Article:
Balance of Trade
Trade, in general connotation, means the purchase and sales of commodities. In International Trade, purchase and sale are replaced by imports and exports. Balance of Trade is simply the difference between the value of exports and value of imports. Thus, the Balance of Trade denotes the differences of imports and exports of a merchandise of a country during the course of year. It indicates the value of exports and imports of the country in question. If the value of its exports over a period exceeds its value of imports, it is called favourable balance of trade and, conversely, if the value of total imports exceeds the total value of exports over a period, it is unfavourable balance of trade. The favourable balance of trade indicates good economic condition of the country.
According to Benham
“Balance of trade of a country I the relation over a period between the values of her exports and imports of physical goods.”
A proper record of all material goods exported and imported is kept.With the help of this record of visible exports and imports,balance of trade,as s matter of fact,is a part of balance of payments.Balance of trade may be of three kinds:
- Surplus or Favourable balance of trade
A country may have unfavourable or surplus balance of trade when the total value of the goods exported by it is more than the total value of the goods imported by it.(Exports>Imports)
- Deficit or Unfavourable Balance of trade
A country may have unfavourable or deficit balance of trade when the total value of the goods imported by it is more than the total value of the goods exported by it.(Imports>Exports)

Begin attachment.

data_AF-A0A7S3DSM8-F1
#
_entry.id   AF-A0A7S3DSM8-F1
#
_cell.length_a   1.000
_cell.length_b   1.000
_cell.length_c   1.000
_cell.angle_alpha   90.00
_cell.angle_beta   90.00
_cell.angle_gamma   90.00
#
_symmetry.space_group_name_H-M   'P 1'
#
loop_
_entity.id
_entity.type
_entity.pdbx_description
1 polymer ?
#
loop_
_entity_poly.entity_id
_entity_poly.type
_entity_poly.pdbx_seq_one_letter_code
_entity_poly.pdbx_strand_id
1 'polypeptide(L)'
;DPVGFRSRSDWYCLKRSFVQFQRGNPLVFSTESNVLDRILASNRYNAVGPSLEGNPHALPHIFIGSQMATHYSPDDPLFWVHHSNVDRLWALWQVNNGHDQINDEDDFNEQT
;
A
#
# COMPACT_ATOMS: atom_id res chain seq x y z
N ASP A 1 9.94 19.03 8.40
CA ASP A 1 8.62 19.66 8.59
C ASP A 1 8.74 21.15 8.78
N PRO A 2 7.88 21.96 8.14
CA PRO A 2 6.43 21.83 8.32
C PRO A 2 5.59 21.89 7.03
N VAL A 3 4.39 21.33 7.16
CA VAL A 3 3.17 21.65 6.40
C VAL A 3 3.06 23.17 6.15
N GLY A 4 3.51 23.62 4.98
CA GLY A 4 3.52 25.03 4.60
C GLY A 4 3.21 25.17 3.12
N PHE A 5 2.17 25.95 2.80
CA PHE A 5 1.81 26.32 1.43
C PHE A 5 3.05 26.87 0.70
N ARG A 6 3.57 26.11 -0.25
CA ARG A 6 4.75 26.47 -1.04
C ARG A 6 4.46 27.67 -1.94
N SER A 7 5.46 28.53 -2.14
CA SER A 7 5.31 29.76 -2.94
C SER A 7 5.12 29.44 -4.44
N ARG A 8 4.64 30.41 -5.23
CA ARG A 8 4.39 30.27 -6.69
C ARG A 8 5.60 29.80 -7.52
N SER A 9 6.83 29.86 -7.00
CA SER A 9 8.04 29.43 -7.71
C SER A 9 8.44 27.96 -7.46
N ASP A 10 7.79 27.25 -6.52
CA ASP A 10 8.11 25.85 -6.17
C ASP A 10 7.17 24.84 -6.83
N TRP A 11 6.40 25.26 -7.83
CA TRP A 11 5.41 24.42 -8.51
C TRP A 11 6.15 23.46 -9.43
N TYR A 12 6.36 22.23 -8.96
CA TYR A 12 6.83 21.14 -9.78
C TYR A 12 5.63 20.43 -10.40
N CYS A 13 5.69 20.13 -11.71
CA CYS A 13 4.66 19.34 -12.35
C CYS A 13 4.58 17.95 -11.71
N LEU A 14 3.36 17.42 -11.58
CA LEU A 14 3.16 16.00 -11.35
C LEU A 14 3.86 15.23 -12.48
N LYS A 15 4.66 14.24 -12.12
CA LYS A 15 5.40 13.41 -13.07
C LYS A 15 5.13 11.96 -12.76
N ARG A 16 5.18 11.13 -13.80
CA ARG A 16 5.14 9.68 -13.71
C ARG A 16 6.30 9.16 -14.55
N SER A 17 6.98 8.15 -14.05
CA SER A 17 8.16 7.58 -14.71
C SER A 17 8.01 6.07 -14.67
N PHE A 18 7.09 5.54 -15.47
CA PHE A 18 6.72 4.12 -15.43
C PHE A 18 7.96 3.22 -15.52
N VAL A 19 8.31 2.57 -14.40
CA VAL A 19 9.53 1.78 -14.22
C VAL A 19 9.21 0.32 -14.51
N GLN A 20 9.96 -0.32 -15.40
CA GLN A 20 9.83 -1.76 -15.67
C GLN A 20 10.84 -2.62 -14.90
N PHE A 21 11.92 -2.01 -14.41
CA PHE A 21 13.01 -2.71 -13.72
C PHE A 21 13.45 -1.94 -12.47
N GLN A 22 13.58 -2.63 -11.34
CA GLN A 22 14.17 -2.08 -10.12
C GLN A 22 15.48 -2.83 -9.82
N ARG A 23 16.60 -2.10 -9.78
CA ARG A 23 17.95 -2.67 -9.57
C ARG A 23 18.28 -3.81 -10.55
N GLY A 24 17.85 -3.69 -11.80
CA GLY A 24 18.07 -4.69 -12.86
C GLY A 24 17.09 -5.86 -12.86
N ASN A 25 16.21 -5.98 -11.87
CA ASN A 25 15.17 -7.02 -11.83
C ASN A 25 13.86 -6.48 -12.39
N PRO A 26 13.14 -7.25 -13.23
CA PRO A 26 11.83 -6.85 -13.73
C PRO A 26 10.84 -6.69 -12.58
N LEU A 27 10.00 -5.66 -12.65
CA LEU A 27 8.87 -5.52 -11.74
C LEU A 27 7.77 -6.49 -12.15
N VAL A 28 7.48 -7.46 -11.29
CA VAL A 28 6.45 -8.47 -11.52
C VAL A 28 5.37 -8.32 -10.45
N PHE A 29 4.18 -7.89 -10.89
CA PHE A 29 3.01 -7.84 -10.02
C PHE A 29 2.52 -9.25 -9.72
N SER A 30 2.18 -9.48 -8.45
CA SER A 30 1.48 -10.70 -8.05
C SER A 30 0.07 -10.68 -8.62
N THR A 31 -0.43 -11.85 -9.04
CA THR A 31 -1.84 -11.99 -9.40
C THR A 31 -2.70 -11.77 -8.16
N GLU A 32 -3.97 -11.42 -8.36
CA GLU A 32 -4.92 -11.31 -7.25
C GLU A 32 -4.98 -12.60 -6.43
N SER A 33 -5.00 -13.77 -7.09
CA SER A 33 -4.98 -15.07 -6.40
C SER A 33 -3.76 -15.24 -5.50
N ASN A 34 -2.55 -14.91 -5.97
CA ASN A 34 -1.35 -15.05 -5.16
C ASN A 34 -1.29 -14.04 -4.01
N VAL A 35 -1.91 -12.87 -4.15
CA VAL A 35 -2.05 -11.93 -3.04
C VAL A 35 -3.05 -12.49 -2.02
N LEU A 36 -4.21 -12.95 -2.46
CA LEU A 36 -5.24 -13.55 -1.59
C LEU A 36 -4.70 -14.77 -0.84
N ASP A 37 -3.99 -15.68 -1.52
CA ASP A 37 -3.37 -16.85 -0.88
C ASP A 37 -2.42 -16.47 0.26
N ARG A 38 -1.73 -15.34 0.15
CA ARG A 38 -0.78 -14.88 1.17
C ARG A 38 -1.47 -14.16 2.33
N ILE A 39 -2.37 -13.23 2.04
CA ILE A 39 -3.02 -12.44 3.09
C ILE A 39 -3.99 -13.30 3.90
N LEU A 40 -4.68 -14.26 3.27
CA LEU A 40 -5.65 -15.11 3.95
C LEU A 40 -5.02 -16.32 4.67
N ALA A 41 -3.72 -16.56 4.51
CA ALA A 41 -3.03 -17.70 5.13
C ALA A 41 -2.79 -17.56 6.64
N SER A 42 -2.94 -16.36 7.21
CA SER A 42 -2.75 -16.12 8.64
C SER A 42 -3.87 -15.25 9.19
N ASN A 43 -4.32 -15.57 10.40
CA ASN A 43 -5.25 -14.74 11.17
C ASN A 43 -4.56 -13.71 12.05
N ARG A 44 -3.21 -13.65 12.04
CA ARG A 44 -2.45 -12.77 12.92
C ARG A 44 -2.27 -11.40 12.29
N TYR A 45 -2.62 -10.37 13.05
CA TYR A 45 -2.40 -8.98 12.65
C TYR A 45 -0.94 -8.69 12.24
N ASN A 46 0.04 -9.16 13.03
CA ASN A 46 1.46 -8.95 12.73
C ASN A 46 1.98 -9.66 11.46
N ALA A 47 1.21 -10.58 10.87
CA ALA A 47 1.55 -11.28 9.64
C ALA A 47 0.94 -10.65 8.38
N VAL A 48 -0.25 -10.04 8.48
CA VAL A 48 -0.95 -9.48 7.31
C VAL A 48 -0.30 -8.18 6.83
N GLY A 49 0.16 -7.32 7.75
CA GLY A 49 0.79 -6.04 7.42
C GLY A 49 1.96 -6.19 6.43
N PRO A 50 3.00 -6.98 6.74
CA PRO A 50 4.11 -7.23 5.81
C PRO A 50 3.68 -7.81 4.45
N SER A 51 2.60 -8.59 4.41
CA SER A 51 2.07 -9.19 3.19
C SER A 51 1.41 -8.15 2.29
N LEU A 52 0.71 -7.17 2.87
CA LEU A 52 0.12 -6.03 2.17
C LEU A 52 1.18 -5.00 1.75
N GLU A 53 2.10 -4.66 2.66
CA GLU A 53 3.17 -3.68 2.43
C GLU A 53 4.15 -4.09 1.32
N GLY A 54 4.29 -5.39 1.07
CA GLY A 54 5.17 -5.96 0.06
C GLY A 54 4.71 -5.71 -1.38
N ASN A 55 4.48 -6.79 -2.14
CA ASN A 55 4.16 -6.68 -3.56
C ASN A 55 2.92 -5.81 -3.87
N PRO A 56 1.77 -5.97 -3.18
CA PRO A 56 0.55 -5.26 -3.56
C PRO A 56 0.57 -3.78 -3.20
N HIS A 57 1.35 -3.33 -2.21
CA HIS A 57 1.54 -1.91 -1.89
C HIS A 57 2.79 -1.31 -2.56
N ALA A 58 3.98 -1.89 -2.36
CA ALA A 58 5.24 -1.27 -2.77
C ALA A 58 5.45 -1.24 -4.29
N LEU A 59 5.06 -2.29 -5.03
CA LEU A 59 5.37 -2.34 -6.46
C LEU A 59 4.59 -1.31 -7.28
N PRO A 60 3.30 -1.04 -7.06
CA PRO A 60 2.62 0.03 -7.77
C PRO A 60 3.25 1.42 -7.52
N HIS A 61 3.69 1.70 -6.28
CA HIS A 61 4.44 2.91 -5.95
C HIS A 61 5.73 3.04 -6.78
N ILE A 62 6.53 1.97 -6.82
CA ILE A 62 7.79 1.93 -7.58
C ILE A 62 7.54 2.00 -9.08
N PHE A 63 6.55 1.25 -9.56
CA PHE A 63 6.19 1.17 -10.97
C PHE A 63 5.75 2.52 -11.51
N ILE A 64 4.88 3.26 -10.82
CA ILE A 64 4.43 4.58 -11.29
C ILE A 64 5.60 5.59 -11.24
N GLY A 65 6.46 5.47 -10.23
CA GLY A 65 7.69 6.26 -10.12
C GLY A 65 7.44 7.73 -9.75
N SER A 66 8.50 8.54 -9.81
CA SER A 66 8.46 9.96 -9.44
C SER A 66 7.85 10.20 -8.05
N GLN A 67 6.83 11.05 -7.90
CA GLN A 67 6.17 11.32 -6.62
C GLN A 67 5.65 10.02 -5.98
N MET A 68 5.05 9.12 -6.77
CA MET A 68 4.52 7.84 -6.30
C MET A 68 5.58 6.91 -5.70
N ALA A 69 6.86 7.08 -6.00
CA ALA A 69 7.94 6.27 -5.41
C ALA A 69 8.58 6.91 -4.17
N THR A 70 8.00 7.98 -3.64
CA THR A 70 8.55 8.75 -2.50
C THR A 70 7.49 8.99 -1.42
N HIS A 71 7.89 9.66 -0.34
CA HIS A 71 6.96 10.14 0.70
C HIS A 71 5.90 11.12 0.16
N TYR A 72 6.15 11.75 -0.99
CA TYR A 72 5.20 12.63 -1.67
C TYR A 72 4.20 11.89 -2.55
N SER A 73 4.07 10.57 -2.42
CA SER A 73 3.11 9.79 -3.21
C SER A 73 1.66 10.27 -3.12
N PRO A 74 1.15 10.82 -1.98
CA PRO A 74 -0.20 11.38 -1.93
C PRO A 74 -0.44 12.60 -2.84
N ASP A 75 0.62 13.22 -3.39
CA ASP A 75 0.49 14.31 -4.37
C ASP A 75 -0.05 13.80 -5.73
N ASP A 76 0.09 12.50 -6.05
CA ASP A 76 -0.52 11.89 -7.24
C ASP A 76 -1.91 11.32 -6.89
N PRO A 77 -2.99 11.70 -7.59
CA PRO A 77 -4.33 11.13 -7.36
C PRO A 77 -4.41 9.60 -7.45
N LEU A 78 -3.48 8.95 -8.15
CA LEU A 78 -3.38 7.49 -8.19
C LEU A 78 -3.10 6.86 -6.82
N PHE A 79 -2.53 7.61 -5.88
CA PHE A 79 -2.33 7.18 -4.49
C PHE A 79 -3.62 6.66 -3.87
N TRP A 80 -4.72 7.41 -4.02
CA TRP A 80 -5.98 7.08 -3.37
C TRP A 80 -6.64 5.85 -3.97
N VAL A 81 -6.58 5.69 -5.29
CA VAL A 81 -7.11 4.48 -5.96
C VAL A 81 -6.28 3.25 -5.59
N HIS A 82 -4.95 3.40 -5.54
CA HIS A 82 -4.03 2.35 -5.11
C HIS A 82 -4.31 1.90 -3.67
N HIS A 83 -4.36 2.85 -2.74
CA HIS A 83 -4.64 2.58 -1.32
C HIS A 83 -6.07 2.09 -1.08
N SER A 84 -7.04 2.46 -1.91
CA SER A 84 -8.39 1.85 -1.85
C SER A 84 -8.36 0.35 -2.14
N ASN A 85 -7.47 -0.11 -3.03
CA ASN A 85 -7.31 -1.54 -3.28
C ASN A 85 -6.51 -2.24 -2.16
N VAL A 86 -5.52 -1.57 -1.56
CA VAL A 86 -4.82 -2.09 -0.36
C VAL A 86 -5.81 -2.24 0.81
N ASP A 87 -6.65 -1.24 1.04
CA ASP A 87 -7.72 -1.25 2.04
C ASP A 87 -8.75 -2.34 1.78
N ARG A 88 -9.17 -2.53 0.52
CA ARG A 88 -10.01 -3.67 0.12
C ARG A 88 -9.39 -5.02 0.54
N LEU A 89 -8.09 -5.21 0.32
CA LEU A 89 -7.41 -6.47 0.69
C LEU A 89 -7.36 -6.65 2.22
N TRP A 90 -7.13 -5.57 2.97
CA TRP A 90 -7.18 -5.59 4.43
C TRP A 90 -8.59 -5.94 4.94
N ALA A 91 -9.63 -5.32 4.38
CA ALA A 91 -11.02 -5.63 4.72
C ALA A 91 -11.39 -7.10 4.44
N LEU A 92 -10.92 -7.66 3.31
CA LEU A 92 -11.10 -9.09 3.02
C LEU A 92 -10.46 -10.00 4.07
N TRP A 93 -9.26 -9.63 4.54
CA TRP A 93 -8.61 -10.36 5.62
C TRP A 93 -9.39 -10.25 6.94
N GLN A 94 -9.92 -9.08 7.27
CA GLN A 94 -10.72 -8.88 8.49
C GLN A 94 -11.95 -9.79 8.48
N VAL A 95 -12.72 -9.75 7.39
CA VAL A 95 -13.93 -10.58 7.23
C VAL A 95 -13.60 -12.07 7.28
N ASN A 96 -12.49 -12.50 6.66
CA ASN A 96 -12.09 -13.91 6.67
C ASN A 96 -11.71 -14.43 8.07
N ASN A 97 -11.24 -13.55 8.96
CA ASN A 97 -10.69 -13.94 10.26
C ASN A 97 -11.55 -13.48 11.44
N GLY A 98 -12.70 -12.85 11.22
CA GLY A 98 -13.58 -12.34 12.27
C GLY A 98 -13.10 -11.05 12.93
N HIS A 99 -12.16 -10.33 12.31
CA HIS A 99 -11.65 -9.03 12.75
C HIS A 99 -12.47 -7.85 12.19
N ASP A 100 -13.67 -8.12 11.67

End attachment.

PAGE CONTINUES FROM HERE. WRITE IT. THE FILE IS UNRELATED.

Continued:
- Equilibrium in Balance of Trade
A country may have equilibrium in balance of trade when the total value of the goods exported by it is equal to the total value of the goods imported by it.(Exports=Imports)
A continuing surplus may, in fact, represent underutilized resources that could otherwise be contributing toward a country’s wealth, were they to be directed toward the purchase or production of goods or services. Furthermore, a surplus accumulated by a country (or group of countries) may have the potential of producing sudden and uneven changes in the economies of those countries in which the surplus is eventually spent.
Generally, the developing countries (unless they have a monopoly on a vital commodity) have particular difficulty maintaining surpluses since the terms of trade during periods of recession work against them; that is, they have to pay relatively higher prices for the finished goods they import but receive relatively lower prices for their exports of raw materials or unfinished goods.
Factors that can affect the balance of trade include:
- The cost of production (land, labour, capital, taxes, incentives, etc.) in the exporting economy in relation to the importing economy;
- The cost and availability of raw materials, intermediate goods and other inputs;
- Exchange rate movements;
- Multilateral, bilateral and unilateral taxes or restrictions on trade;
- Non-tariff barriers such as environmental, health or safety standards;
- The availability of adequate foreign exchange with which to pay for imports; and
- Prices of goods manufactured at home (influenced by the responsiveness of supply)
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